The portal is a pilot project for the National Data Network (NDN) - an online research and collaboration tool developed by an ABS led consortium of federal government, state bodies and research organisations. The NDN aims to improve the accessibility and use of all Australian statistics, and more topic-based portals are planned. Data is not stored on the NDN, instead data custodians provide a catalogue record and link to their data holdings.

For a comprehensive list of national children and youth data sources, see the ABS information paper Improving Statistics on Children and Youth: an Information Development Plan (cat. no. 4907.0) - 'Appendix 3: Available Information'.

Friday, October 5, 2007

2011 Census - Your Chance to Have a Say

The ABS will soon be inviting public comment on the content and procedures of the next Census. The invitation to have a say in the way the nation’s largest statistical collection is undertaken will be contained in the Information Paper: 2011 Census of Population and Housing: ABS Views on Content and Procedures, which will be released on 26 October 2007.

This is the first in a series of information papers about the 2011 Census. It marks the first step in the public consultation process for 2011 and outlines ABS proposals for the next Census.

Users of Census data and interested members of the public will be invited to make submissions on any aspect of the Census. Submissions may be lodged either online, electronically by email, or in hardcopy. The submission period will extend from 26 October 2007 to 31 March 2008.

Census Information Sessions

Information sessions on 2006 Census products and 2011 Census topic development are planned for each capital city during October and November 2007. These meetings are open to all interested members of the public and provide an opportunity to hear more about plans for the next Census, meet ABS staff and ask questions. Information about session times and locations in your state or territory is available via the 2011 Census webpages.

Walk to Work Day

Today is Australia's national Walk to Work Day. About 5% of Australia's workforce and students (18 years and over) usually walk or cycle to work or study. The two most important reasons why people usually walk or cycle are proximity of home to place of work or study (59%) and exercise and health (48%). For further information see Environmental Issues: People's Views and Practices (cat. no. 4602.0).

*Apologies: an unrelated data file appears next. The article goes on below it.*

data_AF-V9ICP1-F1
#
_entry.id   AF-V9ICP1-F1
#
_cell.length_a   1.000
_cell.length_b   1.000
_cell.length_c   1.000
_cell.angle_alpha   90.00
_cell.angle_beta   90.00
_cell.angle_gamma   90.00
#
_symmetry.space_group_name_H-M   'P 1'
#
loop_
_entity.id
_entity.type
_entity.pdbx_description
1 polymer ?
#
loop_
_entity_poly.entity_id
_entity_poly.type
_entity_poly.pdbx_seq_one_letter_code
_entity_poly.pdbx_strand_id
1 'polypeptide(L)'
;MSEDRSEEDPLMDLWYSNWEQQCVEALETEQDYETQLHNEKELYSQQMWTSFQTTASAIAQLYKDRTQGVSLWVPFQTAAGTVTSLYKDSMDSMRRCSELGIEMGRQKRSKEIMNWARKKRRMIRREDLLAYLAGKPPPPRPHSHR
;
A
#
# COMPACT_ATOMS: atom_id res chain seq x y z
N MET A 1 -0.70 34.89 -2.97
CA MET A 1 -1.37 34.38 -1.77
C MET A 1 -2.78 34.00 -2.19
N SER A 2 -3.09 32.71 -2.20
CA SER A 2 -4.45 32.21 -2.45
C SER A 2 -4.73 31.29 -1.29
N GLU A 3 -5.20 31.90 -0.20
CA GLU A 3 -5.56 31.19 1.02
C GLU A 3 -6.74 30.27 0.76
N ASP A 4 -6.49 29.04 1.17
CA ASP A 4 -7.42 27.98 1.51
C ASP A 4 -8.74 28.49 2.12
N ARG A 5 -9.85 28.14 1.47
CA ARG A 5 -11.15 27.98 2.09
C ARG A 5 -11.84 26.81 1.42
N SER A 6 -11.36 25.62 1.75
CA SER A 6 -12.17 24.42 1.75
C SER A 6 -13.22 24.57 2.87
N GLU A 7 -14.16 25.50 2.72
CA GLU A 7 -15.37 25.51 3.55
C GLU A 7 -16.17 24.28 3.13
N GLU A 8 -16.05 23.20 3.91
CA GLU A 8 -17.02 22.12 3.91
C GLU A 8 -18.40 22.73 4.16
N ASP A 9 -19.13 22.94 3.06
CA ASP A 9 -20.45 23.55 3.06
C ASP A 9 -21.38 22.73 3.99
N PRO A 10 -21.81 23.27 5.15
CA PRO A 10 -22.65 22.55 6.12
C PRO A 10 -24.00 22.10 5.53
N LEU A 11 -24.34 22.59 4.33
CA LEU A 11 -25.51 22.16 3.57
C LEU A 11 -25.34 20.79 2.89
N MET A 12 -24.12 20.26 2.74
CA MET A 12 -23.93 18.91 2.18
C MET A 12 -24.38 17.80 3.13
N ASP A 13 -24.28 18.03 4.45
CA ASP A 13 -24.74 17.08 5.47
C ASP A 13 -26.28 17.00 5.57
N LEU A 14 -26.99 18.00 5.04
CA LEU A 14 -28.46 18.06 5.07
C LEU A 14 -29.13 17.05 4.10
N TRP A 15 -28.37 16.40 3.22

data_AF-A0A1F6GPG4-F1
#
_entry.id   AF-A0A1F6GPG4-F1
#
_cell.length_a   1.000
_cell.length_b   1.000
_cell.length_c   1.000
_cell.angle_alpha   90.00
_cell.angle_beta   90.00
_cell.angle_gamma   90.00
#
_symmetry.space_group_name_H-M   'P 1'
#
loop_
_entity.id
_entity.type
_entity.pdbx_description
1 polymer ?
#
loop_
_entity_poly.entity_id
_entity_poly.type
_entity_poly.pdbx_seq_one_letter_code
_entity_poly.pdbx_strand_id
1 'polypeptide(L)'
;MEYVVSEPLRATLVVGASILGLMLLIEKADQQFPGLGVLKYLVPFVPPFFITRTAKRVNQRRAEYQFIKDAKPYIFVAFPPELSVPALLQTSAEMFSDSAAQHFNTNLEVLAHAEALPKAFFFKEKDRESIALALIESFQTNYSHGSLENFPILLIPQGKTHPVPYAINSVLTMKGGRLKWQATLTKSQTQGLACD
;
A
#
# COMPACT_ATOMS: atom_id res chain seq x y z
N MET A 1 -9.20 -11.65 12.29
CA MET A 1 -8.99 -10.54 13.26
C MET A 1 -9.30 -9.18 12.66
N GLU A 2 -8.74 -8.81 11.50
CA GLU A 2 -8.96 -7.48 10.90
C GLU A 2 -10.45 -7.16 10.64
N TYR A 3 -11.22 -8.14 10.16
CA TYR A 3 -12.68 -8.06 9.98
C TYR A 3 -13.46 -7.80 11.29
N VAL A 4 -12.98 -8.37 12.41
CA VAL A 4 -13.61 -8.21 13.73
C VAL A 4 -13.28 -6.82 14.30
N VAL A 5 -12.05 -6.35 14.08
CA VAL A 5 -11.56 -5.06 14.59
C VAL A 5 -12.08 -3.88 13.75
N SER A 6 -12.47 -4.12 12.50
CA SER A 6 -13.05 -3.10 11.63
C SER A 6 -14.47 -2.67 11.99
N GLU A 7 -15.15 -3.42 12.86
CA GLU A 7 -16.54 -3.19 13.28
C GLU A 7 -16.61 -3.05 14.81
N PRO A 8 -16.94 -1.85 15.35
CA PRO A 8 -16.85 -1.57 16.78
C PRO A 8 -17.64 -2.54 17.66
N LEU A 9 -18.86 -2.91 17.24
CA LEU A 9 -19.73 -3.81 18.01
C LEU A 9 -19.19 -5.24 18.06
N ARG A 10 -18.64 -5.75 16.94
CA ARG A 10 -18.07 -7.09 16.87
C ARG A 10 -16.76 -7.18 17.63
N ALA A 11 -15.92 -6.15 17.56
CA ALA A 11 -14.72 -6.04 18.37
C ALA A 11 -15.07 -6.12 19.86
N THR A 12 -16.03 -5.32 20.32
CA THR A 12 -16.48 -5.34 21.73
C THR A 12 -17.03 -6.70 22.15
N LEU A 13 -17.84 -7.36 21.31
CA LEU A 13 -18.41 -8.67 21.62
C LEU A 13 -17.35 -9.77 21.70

The upcoming second release of 2006 Census data will include statistics on Method of travel to work. Data on how people travelled to work on the day of the Census will be available on the website 25 October 2007.

Thursday, October 4, 2007

Census Tables List

Want to know what Census tables are currently available, and which tables are coming? A full listing of 2006 Census tables and their release dates can now be accessed from the Census Tables Templates cat. no. 2057.0.55.001 (select the first file from the list under the Details tab).

Counting the Homeless

The 2006 Census is an essential source for data about housing circumstances across Australia, and includes counts of people who were sleeping out, or in refuges on Census night. However, identifying and measuring different types of homelessness can be a complex issue. Definitions of homelessness include primary, secondary, and tertiary homelessness.

The ABS is undertaking specific analysis of Census data to determine the level of homelessness at the time of the 2006 Census. A report on this analysis will be available in 2008. More information about the issues and methodologies relating to homelessness statistics can be found in the Australian Census Analytic Program: Counting the Homeless, 2001 (cat. no. 2050.0).

To access housing characteristics data currently available online: select the 2006 Census Tables product from the Census pages, and choose the topic 'Dwellings' under the 'Location on Census Night' count method option.
Dwelling Structure tables include the category ‘improvised home, tent and sleepers out’.
Type of Non-Private Dwelling by Person tables include categories such as 'hostel for the homeless, night shelter, refuge' and 'boarding house, private hotel'.

It is important to note that although these tables contain data about housing characteristics, homelessness statistics will not be available until the 2006 Counting the Homeless report is released next year.